Writing out a wish
Japan, although so well-known for its technological advancements is certainly a country where modernity and tradition meet and coexist. Shinto shrines are places of worship and intense calm that let people find sense of spirituality even in the urban jungle of Tokyo.
It is not unusual to see people praying outside of the main building of the shrine, which is used for the safekeeping of sacred objects but there are also places across Japan where rocks, trees, and mountains can act as shrines. It is all about this special connection between natural landscape and the spirits known as kami.
A Shinto custom that sparked my interest was writing out wishes and prayers on ema, small wooden plaques. I loved the idea and beautiful designs of these wishing plaques that I came across during my stay in Japan.
Meiji Shrine, although located in Shibuya, in one of Tokyo’s busy districts, is hidden in a heart of a tranquil forest.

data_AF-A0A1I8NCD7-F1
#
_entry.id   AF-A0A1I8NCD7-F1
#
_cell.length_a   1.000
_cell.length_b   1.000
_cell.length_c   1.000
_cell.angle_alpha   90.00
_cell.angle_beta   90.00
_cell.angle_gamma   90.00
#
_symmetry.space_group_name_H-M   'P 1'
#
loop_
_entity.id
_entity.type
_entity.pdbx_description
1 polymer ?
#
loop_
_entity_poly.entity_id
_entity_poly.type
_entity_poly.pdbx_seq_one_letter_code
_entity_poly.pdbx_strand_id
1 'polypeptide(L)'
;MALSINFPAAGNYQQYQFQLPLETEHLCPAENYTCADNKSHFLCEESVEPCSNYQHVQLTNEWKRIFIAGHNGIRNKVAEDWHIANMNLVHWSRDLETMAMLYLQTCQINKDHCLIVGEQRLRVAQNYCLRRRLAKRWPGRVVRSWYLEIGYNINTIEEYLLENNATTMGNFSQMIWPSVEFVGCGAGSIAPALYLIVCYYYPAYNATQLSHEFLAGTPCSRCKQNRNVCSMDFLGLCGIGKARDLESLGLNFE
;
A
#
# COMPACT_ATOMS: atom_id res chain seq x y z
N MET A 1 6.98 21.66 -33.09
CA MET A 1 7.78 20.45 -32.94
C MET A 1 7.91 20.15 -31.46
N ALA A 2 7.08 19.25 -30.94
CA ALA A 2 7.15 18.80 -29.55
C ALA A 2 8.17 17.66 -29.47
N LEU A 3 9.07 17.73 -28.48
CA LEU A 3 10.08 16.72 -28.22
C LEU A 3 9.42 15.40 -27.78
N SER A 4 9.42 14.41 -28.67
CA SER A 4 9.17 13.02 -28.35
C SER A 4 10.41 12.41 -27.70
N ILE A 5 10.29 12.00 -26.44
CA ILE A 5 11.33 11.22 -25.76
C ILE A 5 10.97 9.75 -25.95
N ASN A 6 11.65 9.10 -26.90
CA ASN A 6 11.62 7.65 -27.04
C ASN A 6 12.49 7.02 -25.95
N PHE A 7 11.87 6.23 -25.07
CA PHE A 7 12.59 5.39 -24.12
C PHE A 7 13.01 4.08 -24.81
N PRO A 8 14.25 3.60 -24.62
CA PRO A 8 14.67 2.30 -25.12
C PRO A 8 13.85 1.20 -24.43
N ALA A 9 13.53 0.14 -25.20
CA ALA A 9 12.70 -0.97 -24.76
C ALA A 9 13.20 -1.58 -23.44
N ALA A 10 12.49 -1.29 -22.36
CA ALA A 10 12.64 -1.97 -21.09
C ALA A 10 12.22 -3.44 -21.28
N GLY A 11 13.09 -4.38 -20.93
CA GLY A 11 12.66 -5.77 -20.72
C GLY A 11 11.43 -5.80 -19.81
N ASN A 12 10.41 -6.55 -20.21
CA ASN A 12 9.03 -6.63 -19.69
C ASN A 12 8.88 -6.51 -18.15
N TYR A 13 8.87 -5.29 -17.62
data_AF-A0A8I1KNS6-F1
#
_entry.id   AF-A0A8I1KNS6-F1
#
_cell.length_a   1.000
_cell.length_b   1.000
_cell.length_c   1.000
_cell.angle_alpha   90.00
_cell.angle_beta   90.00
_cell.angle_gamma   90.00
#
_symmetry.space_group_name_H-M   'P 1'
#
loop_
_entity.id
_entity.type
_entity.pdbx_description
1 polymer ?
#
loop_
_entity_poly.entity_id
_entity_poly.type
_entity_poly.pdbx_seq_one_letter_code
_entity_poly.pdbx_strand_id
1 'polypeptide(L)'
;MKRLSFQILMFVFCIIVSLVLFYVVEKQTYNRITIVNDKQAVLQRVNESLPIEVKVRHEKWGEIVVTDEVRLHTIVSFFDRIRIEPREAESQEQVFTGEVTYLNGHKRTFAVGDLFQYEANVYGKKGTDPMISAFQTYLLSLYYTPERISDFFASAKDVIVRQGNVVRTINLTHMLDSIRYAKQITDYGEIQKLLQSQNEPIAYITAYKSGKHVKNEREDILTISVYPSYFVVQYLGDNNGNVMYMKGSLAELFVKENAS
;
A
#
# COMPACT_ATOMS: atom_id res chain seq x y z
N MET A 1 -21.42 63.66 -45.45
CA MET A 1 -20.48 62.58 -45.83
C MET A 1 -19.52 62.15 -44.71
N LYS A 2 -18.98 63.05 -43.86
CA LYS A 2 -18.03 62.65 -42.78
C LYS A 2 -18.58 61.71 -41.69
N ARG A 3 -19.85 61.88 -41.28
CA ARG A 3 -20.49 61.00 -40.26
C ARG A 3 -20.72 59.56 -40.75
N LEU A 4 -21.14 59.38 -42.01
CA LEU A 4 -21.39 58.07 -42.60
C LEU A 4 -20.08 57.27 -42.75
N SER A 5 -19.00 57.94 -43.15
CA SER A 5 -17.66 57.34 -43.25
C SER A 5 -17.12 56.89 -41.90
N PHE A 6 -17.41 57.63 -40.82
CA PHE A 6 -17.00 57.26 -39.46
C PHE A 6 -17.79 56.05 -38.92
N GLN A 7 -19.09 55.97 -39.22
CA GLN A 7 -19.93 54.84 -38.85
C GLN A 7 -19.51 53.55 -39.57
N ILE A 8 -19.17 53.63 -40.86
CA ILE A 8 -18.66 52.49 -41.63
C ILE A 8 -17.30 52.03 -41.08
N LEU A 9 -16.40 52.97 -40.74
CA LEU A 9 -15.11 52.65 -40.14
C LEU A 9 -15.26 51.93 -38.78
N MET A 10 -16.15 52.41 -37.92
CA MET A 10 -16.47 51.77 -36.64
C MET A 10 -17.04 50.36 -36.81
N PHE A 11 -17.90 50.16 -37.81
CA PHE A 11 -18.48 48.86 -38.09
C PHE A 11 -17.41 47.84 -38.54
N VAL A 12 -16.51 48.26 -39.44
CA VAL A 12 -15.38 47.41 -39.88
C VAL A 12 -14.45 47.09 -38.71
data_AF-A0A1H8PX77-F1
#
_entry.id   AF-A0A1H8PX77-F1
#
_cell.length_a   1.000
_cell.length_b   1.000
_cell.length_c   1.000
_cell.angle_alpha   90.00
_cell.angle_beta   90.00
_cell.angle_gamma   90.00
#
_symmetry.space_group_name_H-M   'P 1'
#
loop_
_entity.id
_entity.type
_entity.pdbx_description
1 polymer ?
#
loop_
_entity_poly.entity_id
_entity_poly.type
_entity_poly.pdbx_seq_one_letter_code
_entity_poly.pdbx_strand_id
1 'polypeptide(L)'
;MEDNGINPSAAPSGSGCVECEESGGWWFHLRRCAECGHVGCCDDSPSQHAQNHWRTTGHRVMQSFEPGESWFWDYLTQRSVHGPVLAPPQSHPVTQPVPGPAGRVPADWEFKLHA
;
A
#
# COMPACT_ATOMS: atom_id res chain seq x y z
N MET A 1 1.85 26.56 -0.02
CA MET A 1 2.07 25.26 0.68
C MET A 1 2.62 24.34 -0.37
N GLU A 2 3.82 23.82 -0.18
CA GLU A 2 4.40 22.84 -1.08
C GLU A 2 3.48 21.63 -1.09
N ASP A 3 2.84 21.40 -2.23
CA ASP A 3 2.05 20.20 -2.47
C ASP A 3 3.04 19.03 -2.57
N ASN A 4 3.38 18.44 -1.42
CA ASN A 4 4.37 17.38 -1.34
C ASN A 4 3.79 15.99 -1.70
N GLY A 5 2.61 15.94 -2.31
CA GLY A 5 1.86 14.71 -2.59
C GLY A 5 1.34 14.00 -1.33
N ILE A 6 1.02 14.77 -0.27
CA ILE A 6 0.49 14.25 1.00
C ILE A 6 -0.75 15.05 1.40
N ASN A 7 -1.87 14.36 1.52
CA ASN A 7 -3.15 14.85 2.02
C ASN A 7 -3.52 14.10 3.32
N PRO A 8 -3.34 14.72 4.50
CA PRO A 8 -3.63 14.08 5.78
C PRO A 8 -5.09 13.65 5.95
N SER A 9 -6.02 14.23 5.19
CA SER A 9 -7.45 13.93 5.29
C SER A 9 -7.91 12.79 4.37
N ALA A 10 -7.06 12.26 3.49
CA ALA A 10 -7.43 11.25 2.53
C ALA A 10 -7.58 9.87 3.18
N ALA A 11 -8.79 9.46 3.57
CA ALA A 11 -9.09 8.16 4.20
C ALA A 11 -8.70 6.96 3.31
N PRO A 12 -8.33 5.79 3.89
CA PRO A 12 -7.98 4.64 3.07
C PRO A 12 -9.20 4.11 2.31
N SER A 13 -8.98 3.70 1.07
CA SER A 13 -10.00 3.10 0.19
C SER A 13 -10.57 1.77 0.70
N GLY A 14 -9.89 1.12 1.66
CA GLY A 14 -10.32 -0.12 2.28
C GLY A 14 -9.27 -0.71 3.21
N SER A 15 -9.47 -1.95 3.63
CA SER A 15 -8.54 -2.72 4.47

Kan’ei-ji Temple at the Ueno Park.
Fushimi Inari Shrine located in southern Kyoto is renowned for its thousands of orange torii gates so it does not come as a surprise that it is possible to buy the wishing plaque resembling one of them.
Kinkaku-ji Temple is also known as the Golden Pavilion. A drawing of the famous temple is represented on some of the ema plaques.
Ema commonly depict the zodiac animal of the year. Yes, you have guess it – I visited Japan during the year of the goat.
I found beautiful Shinto imagery in Kibune.
This is one of my favourite ema. It is more likely bought to wish for luck with the exams.
Kasuga Taisha Temple in Nara Park full of freely roaming deer.